I still haven’t fully wrapped my mind around today, but am glad I’m fortunate enough to be able to deploy again with my teammates from Sandy and Illinois.
I’m a big fan of a poet by the name of Derrick Brown, a former 82nd Airborne Paratrooper. He compiled a book of poetry about various American cities called The Good Things about America. On the rear cover it reads:
“The Good Things About America is a book that, above all else, celebrates the enduring awesomeness of the United States of America. This is not meant to sound glib, ironic, or superior. Rather, what we imply is that despite every blind, deaf, and dumb thing America has done in its long and strange history – every misstep, unpunished crime, and lingering bias – there is still something honest, beautiful and hopeful about who we are as a country and as a people. This book serves as a historical document that uses poetry and prose to explore some of the visions for change, the modern glory, albeit broken or majestic, of this unbeatable rising landscape.”
On the flight here I thought I’d see if OKC was mentioned, sure enough there it was on page 165:
The Great Awakening
-by Lauren Zuniga
The TV talkers say these are hard times.
They say we’re entering the next Great Depression.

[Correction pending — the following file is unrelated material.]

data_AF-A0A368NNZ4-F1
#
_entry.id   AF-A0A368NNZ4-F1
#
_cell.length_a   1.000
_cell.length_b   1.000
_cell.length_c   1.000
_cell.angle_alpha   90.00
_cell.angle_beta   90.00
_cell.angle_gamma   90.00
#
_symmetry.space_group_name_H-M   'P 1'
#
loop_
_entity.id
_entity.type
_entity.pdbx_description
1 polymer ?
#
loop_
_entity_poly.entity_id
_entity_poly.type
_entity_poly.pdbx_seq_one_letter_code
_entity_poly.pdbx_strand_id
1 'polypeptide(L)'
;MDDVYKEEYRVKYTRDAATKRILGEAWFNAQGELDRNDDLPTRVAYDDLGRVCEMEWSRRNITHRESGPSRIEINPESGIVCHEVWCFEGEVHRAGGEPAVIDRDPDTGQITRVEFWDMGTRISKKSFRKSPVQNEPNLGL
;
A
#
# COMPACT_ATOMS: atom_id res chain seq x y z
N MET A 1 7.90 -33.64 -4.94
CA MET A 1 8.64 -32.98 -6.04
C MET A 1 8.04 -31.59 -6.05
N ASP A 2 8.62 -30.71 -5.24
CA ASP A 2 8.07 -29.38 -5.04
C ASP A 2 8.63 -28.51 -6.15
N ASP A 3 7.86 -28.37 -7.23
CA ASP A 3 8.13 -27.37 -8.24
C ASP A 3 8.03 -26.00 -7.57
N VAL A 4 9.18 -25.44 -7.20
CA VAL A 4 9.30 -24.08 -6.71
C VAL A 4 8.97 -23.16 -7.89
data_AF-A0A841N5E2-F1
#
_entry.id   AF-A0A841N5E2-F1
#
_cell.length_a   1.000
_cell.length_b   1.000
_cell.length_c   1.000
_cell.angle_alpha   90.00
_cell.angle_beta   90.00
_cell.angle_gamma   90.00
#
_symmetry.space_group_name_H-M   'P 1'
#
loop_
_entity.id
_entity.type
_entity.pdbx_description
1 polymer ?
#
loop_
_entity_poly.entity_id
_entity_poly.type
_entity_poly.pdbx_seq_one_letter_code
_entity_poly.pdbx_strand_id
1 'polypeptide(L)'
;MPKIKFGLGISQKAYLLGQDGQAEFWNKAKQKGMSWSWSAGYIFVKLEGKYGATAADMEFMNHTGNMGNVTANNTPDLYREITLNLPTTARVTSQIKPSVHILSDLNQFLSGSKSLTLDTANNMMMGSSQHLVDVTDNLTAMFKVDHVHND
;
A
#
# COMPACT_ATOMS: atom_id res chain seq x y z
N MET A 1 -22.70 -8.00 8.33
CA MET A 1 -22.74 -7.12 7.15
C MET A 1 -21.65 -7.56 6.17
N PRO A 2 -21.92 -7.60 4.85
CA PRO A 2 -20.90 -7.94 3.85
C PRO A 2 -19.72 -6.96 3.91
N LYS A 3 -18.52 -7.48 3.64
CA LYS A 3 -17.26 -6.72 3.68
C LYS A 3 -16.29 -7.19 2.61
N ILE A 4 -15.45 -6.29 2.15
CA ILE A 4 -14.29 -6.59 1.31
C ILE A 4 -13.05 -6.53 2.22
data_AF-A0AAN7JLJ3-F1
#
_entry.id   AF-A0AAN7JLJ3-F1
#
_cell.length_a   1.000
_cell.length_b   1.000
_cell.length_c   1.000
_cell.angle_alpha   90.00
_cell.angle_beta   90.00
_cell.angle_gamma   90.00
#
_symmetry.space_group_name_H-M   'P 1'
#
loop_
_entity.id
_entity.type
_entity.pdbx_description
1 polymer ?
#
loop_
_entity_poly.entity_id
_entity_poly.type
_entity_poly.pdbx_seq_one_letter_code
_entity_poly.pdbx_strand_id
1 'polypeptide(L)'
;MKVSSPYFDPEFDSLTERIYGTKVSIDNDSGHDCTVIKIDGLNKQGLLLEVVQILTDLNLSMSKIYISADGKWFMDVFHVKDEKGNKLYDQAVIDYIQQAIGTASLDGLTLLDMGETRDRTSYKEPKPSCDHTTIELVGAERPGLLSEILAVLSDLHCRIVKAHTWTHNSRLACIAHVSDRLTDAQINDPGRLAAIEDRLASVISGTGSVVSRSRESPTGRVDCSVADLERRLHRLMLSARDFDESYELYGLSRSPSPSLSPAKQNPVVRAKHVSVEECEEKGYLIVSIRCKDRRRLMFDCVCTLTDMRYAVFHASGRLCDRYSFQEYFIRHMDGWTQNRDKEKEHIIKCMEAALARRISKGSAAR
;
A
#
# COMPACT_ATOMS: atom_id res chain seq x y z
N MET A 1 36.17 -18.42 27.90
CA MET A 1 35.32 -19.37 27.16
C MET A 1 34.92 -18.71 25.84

They lady at the drugstore says this is the Apocalypse.
But I don’t think the Apocalypse comes like a shot to the head-
It’s more like a slow incision, carefully slicing us open to
reveal what we’re capable of.
See, humans can make shoes out of old tire swings,
violins from ham cans, three piece suits from duct tape.
We can build a community just from two people
huddled around an idea for warmth.
When it costs too much to drive,
we just get on our bicycles and ride
until we swallow so much wind we light up the grid.
We convert our cars to run on Chinese food grease,
toast our bagels in the sun, turn our garbage into gardens
and laugh so big we can’t hear what
THEY are saying anymore.
I know a kid from Oklahoma who saved all of his
allowance so kids in Africa could have clean drinking water,
and a Honduran woman who can feed a house of 16
with a pot of beans and two plantains.
I know a cowboy who gave his favorite books to a man
with no shoes and walked home smiling in his socks.
Our economy is just a symptom of the way we spend
our currency and the most important currency we have
is our thoughts.
So, THEY can call this the Great Depression if they want
but if I’m gonna spend my thoughts on something then I’m
gonna call it The Great Awakening!
I’m gonna call it the moment we woke up and realized
that this big, sun-ripened planet is all we have,
we are all we have, and we can do this!
We are resourceful human beings.
Every choice we make weaves the bandage that will heal
the wound we’ve created. Every thought we spend makes
this moment the Great Awakening.
Looking forward to taking care of business,